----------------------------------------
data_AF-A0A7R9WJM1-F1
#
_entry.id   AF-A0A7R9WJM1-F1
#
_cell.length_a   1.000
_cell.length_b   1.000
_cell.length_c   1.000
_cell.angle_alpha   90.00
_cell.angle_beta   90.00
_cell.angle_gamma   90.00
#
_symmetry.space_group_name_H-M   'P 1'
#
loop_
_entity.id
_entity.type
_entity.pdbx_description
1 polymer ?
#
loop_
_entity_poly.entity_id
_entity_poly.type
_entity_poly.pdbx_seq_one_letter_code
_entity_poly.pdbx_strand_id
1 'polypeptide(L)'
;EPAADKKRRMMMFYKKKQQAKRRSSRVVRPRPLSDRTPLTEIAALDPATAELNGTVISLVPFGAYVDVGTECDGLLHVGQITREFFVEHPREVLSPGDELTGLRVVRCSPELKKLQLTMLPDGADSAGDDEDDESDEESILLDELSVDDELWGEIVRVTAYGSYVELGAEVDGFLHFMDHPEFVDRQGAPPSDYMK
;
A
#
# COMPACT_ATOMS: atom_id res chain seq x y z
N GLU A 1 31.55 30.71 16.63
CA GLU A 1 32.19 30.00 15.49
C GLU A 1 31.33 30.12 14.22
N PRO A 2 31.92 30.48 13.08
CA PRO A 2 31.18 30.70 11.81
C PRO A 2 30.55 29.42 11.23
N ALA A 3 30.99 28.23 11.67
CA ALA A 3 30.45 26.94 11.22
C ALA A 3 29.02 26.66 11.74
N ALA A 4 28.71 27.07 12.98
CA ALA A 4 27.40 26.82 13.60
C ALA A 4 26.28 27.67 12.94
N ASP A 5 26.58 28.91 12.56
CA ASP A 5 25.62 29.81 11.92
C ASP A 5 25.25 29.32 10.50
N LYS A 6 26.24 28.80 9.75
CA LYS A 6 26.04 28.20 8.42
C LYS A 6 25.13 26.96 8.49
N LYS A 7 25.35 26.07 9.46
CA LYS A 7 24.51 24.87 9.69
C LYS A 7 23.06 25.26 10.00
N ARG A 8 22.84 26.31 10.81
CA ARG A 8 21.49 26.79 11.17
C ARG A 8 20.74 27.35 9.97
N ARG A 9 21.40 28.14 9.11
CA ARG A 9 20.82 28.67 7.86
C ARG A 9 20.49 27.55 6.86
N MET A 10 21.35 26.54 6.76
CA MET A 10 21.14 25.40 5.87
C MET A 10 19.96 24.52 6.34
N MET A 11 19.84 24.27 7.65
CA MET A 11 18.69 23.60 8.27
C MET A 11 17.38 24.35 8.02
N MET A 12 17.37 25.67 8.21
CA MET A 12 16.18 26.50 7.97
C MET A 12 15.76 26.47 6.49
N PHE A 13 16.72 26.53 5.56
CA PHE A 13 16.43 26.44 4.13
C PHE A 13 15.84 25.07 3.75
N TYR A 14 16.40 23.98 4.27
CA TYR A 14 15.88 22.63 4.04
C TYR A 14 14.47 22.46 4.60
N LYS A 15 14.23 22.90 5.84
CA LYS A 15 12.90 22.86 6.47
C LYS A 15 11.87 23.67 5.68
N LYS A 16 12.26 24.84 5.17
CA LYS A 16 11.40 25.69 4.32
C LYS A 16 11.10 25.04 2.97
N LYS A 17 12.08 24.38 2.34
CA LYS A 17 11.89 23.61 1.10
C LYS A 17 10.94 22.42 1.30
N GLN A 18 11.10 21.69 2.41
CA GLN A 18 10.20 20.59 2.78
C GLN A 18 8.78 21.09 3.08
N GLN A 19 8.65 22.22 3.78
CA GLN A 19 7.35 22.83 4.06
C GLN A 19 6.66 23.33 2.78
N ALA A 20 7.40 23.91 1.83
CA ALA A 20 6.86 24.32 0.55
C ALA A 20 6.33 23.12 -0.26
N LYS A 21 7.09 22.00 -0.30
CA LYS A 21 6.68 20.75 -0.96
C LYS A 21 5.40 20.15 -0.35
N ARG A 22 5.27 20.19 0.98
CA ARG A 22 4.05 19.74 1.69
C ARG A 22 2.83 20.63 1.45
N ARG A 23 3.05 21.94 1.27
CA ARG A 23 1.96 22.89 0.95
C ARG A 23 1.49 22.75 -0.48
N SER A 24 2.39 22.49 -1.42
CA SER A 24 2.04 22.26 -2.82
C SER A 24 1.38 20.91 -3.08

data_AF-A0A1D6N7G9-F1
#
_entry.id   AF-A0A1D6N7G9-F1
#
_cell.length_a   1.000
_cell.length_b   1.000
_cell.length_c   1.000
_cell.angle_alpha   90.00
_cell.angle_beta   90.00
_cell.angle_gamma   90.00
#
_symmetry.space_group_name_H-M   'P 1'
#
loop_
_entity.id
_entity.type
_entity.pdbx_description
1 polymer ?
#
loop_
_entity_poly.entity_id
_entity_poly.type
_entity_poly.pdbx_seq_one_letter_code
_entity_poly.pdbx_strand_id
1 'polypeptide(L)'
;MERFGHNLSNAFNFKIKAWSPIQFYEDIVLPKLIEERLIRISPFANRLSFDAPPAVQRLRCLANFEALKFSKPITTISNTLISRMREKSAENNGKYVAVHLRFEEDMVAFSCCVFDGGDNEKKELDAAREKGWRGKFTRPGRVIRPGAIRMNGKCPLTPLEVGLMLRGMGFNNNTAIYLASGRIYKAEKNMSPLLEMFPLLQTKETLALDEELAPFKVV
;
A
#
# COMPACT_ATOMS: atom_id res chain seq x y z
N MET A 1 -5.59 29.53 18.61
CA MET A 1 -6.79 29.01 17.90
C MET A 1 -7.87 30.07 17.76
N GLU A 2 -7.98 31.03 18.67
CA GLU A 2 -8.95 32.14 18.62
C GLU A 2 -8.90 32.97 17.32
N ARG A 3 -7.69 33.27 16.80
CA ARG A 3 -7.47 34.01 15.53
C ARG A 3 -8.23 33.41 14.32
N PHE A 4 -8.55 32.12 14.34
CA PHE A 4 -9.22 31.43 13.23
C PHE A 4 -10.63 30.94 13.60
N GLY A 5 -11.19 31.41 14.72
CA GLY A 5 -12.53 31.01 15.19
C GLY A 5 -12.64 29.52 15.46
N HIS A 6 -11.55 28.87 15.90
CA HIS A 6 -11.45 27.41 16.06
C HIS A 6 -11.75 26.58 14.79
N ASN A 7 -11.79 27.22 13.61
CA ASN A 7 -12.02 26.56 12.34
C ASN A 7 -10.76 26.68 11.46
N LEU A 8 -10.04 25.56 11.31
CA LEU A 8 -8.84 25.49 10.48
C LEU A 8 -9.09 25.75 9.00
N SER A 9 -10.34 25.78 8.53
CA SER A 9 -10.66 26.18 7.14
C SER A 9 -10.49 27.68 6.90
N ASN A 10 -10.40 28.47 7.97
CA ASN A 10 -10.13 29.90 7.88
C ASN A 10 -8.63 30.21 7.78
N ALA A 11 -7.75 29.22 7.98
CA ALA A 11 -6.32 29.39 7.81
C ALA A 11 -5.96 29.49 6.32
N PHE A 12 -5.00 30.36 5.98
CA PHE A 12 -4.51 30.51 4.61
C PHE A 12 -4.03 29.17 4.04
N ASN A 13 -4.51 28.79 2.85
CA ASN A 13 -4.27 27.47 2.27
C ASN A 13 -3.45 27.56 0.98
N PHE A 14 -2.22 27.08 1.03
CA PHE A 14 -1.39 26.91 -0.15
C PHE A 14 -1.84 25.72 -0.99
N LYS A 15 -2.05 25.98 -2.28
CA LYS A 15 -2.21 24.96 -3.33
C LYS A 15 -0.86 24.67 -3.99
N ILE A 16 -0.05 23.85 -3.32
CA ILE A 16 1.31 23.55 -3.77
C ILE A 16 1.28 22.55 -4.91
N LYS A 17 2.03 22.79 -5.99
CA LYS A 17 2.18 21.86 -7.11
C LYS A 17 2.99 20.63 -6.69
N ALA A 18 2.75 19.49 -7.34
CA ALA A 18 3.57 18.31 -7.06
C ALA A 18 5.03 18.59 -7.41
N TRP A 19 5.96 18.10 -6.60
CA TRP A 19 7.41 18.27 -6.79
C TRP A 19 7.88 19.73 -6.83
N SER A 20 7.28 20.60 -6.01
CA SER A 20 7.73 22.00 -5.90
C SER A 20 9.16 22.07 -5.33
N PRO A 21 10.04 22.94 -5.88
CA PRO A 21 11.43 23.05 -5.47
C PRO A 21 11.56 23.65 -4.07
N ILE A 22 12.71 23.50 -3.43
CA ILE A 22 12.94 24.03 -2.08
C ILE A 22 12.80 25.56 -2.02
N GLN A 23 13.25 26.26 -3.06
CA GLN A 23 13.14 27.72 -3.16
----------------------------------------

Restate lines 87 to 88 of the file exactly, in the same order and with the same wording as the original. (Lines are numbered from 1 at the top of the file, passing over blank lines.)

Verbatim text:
C GLN A 19 6.66 23.33 2.78
N ALA A 20 7.40 23.91 1.83